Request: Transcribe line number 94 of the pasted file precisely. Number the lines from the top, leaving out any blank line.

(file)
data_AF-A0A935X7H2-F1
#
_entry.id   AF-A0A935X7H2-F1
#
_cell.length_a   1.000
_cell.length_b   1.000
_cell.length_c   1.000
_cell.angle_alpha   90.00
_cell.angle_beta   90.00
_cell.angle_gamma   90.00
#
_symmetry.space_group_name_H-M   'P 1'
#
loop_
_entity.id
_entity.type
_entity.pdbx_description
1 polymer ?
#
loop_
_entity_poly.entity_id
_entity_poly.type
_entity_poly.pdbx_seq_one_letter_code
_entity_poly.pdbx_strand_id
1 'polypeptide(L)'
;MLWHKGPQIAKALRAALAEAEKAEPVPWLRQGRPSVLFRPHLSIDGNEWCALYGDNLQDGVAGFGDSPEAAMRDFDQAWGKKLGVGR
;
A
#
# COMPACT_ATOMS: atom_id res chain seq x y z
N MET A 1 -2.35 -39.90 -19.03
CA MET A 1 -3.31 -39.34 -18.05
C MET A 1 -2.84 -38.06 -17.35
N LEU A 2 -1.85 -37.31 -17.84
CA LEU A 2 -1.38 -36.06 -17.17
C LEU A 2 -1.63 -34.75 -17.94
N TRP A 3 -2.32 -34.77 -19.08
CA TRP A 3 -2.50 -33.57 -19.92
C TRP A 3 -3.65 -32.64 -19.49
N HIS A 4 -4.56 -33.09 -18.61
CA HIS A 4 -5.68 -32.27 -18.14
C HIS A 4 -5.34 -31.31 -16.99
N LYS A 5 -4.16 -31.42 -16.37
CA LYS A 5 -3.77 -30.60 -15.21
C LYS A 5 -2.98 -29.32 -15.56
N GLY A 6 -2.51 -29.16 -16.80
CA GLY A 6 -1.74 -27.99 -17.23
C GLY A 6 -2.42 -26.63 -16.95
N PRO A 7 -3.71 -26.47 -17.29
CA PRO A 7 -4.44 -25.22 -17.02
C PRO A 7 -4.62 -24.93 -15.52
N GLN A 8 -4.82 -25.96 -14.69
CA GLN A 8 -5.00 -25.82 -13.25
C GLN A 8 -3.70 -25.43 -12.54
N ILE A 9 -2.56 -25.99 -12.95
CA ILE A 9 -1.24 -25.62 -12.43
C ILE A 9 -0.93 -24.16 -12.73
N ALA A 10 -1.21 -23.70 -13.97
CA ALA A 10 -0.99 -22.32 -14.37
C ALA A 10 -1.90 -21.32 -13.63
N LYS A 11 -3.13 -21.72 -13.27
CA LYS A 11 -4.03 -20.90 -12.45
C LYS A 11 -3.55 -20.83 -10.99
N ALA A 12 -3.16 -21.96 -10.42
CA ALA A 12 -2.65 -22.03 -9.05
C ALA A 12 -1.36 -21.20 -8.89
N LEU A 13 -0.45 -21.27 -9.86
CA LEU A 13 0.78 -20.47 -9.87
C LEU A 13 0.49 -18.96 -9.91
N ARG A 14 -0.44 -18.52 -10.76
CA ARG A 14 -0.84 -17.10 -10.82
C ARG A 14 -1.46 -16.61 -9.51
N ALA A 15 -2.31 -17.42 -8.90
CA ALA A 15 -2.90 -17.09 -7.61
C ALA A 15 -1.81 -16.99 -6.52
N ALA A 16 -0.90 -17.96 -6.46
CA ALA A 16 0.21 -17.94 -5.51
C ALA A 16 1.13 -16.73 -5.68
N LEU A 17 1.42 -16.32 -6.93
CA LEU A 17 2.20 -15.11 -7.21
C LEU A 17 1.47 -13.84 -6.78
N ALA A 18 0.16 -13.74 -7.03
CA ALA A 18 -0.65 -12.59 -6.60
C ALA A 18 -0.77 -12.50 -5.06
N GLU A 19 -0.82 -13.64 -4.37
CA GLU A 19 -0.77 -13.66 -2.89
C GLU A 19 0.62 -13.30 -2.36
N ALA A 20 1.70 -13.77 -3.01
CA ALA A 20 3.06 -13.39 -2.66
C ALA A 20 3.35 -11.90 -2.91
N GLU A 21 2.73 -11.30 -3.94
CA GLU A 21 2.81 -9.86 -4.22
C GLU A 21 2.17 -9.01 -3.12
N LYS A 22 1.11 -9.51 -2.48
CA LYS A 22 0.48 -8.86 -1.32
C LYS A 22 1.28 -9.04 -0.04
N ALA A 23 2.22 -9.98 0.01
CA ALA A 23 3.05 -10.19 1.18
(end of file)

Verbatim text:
N LYS A 22 1.11 -9.51 -2.48